The ability of primary care trusts (PCTs) to understand the health needs of ethnically diverse communities and improve access to services is being undermined by a lack of data about who uses which NHS services, according to an audit published today (Friday 22 June) by the King's Fund.
As part of their Race Equality Scheme (specified by the Race Relations Amendment Act 2000), PCTs should publish their assessment of local health needs and explain how their services are structured to meet them.
But an audit of published Race Equality Schemes found that many PCTs are hampered by poor data about the ethnicity of those people who use services in their area, including in GP surgeries.
More than half of the Race Equality Schemes recognised the importance of monitoring the ethnicity of patients who use primary care services, but only 13% referred to initiatives or pilot projects to gather information about patients registered with GPs.
The research was conducted between March and August 2006, before the number of PCTs was reduced by half from 303 to 152. All types of NHS trusts (primary care, acute, mental health and care trusts) should have published, by May 2005, a second edition of a Race Equality Scheme to cover the period 2005–08. One third of the websites did not list a Race Equality Scheme, while others had out-of-date schemes.
King's Fund chief executive Niall Dickson said: "This audit highlights just how far away we are from tailoring services to individual needs. We will only achieve better commissioning competency when we have accurate data about patients and patient outcomes.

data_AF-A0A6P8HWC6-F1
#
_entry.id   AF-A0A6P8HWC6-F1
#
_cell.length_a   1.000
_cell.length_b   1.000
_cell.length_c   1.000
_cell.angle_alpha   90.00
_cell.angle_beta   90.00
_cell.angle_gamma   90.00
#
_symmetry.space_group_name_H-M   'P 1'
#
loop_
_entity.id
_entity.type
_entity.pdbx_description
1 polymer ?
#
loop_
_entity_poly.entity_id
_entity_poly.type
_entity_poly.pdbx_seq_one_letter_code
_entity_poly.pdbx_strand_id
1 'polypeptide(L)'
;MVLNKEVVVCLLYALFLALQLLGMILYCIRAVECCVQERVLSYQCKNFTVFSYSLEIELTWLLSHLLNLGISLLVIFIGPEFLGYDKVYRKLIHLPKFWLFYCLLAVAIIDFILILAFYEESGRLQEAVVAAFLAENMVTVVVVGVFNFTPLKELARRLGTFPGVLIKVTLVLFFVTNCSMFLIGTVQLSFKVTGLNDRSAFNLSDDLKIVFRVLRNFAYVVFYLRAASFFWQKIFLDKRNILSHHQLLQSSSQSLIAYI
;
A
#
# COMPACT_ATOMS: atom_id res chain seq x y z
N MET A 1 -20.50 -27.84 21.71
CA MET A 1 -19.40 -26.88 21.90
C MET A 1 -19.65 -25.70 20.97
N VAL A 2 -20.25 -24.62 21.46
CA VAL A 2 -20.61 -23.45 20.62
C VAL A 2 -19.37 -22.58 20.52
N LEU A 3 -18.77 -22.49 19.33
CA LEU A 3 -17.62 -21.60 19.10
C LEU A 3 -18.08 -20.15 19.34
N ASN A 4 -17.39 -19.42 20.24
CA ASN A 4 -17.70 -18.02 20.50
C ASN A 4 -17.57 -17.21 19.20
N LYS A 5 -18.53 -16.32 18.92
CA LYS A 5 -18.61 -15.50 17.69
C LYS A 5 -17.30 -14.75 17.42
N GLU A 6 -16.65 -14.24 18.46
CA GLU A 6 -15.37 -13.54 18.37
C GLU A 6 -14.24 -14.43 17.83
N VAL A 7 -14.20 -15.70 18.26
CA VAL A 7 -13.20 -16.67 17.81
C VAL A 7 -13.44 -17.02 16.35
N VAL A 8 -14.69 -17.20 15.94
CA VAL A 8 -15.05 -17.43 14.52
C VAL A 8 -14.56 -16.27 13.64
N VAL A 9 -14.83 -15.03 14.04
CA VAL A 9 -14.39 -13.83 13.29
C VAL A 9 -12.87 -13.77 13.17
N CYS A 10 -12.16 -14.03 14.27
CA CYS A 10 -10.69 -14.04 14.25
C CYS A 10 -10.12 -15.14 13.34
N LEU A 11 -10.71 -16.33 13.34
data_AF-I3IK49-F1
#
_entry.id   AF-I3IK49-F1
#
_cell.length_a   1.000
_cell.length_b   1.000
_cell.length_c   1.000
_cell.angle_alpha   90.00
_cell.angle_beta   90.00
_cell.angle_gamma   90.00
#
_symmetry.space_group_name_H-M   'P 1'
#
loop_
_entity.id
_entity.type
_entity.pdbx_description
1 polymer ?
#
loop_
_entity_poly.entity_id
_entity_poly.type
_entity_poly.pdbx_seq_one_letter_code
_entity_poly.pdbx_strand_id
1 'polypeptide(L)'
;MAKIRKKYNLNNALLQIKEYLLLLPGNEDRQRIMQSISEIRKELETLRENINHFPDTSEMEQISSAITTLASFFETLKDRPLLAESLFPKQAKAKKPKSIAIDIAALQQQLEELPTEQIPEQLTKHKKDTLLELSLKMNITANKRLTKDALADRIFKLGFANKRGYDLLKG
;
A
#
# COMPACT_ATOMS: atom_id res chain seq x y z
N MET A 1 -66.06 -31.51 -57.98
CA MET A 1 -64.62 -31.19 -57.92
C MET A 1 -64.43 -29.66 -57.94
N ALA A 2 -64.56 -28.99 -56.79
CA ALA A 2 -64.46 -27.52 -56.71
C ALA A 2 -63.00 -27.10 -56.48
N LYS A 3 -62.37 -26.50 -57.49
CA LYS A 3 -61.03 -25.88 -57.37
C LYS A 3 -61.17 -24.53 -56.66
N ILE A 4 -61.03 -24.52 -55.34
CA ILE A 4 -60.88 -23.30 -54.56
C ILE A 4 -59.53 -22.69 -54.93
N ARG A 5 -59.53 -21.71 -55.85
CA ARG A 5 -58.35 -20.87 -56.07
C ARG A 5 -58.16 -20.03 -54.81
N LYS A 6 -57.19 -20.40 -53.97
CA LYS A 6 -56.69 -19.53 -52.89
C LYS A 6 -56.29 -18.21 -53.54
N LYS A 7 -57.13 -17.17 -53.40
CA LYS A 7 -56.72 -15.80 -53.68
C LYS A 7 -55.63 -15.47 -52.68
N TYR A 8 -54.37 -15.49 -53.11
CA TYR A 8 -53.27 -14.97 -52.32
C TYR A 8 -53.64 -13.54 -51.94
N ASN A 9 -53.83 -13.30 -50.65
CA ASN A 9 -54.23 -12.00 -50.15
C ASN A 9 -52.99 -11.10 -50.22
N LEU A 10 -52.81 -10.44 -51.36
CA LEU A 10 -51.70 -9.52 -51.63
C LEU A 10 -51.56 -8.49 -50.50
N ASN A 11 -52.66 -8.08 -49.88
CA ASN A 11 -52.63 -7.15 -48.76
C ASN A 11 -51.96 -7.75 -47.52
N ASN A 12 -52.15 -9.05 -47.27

"There is a need for improved data collection and analysis so we can see if needs really are being met and inequity tackled. This will require action at both local and national level, and we know that the Department of Health is considering this issue."
Ruth Thorlby, King's Fund Fellow in Health Policy who conducted the audit said: "We wanted to find out what PCTs in England are doing to address any inequalities that patients from minority ethnic communities may be experiencing in accessing the NHS.
"A few PCTs have been very active in trying to meet local needs. But PCTs have run up against the problem of lack of data, particularly at the level of GP practices. There needs to be an agreed point at which patients are asked about their ethnicity, and a means whereby that data is brought together coherently.
Without that, it is not possible to measure who is accessing, or not accessing, a particular health provision. We must reopen the debate about what ethnic monitoring is needed in primary care. We need to ask how it should be done and who will pay for it," Ruth Thorlby concluded.